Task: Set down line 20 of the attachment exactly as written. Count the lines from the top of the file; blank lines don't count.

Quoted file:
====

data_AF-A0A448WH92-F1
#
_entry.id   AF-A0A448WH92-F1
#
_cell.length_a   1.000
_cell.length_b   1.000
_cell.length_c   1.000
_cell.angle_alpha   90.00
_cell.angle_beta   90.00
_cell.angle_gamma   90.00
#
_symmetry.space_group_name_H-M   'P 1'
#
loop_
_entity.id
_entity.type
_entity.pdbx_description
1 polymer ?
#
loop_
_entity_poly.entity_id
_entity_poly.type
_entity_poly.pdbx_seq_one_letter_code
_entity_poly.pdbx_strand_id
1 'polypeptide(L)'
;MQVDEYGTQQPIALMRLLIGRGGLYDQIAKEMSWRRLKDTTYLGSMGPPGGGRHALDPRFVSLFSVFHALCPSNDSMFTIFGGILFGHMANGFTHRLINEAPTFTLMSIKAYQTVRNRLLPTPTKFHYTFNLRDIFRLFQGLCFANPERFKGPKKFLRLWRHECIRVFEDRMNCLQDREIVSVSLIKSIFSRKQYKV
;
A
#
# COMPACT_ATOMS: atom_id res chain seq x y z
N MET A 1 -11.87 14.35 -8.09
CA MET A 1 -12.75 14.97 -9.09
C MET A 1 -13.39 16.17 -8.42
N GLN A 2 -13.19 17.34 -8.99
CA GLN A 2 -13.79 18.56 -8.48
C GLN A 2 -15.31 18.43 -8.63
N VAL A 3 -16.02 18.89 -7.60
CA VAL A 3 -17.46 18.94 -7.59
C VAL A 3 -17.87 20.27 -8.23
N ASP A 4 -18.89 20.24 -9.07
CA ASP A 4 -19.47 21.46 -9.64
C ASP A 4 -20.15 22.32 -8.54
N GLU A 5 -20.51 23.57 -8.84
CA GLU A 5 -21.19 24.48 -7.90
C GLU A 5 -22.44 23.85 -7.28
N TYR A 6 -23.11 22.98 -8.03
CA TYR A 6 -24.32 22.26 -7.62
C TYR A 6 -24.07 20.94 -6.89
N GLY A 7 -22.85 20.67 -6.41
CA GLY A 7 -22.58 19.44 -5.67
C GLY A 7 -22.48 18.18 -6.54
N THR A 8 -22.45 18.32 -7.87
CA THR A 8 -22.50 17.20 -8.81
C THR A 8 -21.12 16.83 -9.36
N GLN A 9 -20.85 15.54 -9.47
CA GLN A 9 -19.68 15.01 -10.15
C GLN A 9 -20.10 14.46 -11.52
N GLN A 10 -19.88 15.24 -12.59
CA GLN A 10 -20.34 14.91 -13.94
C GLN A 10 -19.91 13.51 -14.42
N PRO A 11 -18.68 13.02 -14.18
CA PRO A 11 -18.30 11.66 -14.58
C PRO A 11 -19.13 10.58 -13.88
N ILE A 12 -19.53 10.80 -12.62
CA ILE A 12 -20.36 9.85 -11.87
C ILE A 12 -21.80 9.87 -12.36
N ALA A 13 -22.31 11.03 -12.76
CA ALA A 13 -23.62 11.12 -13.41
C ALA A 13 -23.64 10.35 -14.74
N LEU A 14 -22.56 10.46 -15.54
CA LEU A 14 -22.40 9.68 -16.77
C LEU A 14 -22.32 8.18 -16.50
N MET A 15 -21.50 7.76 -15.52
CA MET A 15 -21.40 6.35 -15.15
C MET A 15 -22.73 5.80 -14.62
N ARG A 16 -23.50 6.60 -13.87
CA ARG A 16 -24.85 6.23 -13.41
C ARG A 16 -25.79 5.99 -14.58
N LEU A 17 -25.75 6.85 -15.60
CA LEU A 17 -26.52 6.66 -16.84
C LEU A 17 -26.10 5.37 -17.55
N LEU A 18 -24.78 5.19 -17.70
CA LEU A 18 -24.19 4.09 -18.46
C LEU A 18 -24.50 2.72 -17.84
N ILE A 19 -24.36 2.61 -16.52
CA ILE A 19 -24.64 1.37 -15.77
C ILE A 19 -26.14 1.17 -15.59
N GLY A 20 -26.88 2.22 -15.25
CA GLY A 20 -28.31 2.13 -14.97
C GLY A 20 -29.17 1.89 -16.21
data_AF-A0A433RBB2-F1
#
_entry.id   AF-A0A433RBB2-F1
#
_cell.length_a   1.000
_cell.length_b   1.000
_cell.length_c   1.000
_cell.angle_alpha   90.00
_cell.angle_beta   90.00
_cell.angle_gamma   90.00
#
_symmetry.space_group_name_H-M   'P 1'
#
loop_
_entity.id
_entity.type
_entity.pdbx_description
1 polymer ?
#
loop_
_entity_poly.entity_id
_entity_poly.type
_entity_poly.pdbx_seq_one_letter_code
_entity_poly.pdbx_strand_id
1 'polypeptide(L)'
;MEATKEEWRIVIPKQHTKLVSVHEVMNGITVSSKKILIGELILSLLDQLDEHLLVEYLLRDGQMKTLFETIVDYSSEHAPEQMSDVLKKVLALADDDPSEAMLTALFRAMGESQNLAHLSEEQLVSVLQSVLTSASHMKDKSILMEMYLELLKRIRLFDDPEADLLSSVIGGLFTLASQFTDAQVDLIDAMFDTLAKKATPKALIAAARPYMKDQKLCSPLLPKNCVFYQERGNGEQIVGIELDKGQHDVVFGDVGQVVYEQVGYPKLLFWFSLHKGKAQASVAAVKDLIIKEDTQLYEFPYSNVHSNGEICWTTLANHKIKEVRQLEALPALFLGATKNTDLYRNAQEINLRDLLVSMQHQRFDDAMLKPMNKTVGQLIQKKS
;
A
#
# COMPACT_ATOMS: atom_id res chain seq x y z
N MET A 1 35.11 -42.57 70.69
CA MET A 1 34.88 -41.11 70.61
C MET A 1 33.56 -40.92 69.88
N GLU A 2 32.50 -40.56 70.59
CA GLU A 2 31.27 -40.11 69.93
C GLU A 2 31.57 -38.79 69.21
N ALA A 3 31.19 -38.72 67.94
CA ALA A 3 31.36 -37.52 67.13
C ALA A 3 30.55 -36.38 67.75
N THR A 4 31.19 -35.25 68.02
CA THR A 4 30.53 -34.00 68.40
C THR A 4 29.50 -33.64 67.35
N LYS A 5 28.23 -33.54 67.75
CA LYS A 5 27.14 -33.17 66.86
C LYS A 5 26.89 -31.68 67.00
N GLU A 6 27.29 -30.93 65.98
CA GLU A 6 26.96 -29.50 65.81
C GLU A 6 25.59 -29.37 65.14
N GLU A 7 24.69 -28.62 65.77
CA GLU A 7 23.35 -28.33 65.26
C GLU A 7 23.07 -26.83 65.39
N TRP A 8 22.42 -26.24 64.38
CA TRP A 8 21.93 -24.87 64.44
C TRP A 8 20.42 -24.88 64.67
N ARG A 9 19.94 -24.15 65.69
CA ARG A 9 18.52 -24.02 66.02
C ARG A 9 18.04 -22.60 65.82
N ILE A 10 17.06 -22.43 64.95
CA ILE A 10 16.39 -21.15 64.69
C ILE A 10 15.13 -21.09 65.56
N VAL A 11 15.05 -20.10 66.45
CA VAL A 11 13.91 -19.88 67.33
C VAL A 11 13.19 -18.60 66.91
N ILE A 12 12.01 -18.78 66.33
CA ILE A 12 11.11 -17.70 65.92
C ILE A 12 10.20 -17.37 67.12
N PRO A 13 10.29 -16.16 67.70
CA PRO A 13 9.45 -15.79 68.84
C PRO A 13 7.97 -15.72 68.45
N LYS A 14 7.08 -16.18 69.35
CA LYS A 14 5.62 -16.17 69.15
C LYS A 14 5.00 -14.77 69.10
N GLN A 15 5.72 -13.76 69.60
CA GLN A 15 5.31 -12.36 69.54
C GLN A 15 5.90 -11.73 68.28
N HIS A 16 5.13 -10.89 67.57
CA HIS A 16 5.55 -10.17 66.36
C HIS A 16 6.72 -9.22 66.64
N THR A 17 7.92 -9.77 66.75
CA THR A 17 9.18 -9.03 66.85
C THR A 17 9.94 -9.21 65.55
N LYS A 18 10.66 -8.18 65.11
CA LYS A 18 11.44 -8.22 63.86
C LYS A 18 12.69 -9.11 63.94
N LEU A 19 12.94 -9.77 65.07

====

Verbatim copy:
loop_